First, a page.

Fed children. Made lunches. Said goodbye to children who dress themselves. Dressed baby and toddler. Dressed self. Had to redress baby after he threw up on himself from bouncing on the bed while I dressed. Stripped bed. Rushed to school to watch biggest boy at assembly. Took toddler to school. Came home, unloaded dishwasher. Put baby to sleep. Wrote a thank you note. Played with baby for 45 minutes. Packed baby back in car and drove to fruit market. Shopped. Was delayed by baby’s insistence of me counting as he put things in bags (16 mushrooms!) and long-finger-nailed-but-very-sweet new cashier. Met dear spouse with toddler at home for lunch. Made lunch. Unloaded refrigeratables. Read to toddler and baby. Tried to deal with crying, questionably  miserable toddler. Put children down for nap. Folded laundry. Moved laundry. Loaded dishes. Parents stopped by. Visited with them for 20 minutes. Had to wake baby and toddler to load in car to pick up children who dress themselves. Drove to school one. Waited. Picked up one child. Drove to school two. Waited five minutes. Walked in. Picked up child two. Waited with arguing children in parking lot until it was my turn to exit (15 minutes). Came home. Left children in car while child one dressed for soccer. Took said child to soccer. Took other three children — one that dresses himself, one toddler and one baby to grocery store. Shopped. Came home. Left said children in car and unloaded newly acquired refrigeratables. Put other bags on floor of kitchen with the still unemptied bags from early excursion to fruit market. Got back in van and drove to soccer field. Picked up soccer-playing girl and took her to piano lessons. Drove home. And … there was dear spouse … inquiring … what did you do today?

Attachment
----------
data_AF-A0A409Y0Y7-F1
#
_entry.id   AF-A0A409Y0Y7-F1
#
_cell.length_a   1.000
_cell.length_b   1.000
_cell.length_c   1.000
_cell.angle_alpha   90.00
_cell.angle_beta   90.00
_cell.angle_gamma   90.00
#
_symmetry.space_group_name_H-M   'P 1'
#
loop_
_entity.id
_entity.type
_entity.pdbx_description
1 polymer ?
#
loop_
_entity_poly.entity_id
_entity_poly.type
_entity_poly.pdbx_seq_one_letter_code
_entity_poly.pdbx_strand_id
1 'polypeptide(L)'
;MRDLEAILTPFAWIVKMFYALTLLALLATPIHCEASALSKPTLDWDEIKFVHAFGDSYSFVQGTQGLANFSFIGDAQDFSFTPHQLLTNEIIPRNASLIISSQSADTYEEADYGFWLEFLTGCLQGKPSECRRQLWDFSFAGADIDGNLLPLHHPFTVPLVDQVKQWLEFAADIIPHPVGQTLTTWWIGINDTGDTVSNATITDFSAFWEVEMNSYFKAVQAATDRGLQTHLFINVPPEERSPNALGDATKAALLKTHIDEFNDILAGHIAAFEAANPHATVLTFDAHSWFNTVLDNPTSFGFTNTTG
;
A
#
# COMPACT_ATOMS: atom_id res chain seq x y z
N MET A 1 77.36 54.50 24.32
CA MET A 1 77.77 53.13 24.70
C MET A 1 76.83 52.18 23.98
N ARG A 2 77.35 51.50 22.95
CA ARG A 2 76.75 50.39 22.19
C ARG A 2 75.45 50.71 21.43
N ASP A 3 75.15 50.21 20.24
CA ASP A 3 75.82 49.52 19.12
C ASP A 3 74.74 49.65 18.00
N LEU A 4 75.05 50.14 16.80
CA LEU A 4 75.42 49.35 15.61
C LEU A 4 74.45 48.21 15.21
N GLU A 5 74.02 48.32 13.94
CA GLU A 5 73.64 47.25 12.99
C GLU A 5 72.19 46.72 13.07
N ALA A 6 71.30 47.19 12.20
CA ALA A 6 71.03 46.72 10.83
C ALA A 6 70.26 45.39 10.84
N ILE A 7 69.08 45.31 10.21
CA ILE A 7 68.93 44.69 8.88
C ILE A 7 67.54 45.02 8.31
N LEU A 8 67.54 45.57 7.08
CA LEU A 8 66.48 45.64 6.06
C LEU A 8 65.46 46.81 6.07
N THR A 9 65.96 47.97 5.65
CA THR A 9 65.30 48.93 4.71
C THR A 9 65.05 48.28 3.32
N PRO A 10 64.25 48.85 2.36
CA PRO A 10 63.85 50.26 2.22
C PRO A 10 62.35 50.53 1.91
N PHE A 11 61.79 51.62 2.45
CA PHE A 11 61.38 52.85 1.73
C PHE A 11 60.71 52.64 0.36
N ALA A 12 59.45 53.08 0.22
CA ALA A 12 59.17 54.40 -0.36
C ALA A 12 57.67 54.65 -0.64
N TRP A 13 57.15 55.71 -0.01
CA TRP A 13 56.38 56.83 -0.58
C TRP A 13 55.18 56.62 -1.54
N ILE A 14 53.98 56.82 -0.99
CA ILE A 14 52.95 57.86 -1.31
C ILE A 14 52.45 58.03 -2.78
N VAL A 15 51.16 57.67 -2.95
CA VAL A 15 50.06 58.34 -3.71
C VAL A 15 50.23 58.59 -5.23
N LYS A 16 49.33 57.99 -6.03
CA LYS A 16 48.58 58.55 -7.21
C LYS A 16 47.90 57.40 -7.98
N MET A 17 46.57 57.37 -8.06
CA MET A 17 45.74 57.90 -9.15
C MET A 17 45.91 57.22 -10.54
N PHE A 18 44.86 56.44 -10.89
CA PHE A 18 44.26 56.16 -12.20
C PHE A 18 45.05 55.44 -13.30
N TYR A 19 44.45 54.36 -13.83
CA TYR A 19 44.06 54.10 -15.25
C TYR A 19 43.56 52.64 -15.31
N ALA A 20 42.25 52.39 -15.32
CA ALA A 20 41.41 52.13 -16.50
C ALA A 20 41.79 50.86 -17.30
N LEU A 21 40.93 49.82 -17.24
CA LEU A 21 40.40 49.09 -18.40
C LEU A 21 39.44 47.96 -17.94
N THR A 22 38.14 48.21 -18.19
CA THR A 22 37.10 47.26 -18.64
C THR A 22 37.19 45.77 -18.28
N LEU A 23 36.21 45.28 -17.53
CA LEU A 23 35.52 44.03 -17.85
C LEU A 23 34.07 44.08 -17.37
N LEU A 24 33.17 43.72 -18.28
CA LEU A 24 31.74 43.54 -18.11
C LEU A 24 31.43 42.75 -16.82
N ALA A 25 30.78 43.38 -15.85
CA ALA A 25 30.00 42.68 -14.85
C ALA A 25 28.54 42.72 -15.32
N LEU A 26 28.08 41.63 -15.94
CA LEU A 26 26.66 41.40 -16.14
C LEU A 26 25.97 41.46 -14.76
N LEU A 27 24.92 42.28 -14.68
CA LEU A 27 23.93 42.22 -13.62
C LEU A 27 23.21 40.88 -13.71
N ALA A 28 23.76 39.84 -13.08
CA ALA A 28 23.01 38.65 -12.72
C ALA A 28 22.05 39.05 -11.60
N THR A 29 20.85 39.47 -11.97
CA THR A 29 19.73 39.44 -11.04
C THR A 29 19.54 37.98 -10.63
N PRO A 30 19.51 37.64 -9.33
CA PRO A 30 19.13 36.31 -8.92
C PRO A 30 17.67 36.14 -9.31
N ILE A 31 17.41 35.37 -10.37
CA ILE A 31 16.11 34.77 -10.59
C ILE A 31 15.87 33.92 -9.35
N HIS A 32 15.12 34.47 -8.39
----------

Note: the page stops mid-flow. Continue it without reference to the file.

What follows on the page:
Nothing much. And you?

(Please note: Showering and personal hygiene are not accidentally omitted  from this list.)

Secret agent man

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“I am an agent of God.”

That’s the sentence Henry wrote in his effort to use his spelling word agent.

When we were praying at dinner, he said that when he prayed at school, the two boys around him asked what he was doing. He told them. They said they don’t go to church. He asked if he should hide his prayer. We said, no. It’s fine to pray silently before your meal.

Then he asked if he could wear his St. Michael necklace or his Miraculous Medal to school. (I didn’t even know he knew it was called the Miraculous Medal.) He gave a quiet, “yessss,” when we said he could. Richard reminded Henry that by his good example, he could encourage other boys and girls to want to know God.  Henry smiled and nodded. His IS an agent of God.

I’m not really sure what his teacher is going to think of our secret agent when she reads Henry’s other sentence: “I practice shooting guns at the range.” God and guns. Great.

Dear John

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If you don’t listen to Fr. John Riccardo’s podcasts of his weekly homilies, you should. He’s pastor at Our Lady of Good Counsel in Plymouth.

I do it on my itouch while unloading/reloading the dishwasher. It makes one of my least favorite housekeeping tasks something to look forward to. I go back and listen to old ones, too. 8 minutes of always enlightening, meaningful good stuff.

Here’s the link. Or you can get them free on itunes.

Easy peasy


Not so much.

I went up and took Helen out to dinner on Friday night. It was great. She brought a bunch of her music from classes with her. Showed me these “beautiful chords” from a big choir piece. Some jazz ensemble stuff. Very exciting. She told me stories that made me laugh my bar-room laugh (n’er a dainty giggle from me). We ate. We shopped a little. I drove her back to her dorm. Then, drat, we said goodbye.

Moving in

Um. Excuse me, but is this going to get easier? I cried the whole way home. I’m sure it didn’t help that we were listening to that Taylor Swift song, “The Best Day with You” …